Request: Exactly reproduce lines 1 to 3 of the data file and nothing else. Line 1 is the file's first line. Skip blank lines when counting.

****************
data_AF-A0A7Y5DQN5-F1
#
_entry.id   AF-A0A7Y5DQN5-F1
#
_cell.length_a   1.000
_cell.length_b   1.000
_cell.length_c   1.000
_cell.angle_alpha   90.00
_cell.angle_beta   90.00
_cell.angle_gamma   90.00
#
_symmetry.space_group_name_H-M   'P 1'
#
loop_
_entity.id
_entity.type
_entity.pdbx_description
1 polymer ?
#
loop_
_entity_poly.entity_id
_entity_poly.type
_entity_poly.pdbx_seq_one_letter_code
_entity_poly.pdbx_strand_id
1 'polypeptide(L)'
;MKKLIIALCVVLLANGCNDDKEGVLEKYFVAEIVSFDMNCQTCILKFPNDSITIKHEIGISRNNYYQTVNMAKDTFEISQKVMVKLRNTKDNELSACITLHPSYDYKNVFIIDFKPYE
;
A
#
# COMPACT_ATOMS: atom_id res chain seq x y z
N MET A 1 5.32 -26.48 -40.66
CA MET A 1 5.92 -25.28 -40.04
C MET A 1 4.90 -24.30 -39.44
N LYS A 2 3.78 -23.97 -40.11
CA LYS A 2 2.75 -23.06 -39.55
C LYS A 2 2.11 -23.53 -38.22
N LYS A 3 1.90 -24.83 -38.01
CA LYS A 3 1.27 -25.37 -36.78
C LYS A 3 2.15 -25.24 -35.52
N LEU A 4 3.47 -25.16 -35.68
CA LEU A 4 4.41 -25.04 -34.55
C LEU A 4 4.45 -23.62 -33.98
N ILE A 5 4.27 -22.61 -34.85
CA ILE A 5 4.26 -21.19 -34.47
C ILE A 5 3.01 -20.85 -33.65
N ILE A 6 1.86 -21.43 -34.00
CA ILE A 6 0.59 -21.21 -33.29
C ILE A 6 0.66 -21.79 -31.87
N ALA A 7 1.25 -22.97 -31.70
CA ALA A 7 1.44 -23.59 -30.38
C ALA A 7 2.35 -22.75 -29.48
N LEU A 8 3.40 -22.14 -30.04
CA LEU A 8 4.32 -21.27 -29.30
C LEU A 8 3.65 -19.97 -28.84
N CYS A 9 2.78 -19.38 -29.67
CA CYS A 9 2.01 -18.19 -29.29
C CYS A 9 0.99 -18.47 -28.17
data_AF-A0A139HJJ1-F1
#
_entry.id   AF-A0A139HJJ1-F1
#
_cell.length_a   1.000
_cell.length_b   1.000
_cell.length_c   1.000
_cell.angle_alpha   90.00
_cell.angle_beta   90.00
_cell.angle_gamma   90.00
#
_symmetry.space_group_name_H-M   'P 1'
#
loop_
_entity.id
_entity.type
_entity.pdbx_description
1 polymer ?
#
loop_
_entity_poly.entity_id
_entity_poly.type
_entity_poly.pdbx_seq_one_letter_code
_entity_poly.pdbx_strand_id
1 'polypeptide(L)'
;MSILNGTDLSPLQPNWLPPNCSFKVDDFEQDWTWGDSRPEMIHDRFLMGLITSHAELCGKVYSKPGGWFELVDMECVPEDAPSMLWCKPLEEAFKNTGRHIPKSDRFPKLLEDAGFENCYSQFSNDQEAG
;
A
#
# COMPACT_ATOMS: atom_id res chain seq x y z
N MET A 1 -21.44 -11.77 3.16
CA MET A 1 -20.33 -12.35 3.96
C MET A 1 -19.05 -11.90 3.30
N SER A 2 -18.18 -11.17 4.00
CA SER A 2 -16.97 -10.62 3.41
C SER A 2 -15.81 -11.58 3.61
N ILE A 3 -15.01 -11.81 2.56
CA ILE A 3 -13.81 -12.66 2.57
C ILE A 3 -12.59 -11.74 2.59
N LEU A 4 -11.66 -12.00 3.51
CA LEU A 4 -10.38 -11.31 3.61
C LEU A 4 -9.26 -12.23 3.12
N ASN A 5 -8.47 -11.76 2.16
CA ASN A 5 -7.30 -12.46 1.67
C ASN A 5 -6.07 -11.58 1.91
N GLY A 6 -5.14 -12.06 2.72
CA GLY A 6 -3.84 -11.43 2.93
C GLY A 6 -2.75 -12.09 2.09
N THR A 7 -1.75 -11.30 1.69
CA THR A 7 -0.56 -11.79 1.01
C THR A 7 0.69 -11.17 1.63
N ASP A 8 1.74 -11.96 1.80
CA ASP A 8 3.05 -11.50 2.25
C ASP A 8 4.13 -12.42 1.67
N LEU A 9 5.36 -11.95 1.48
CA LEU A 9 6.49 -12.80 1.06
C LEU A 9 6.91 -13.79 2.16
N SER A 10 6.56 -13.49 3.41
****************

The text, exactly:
data_AF-A0A7Y5DQN5-F1
#
_entry.id   AF-A0A7Y5DQN5-F1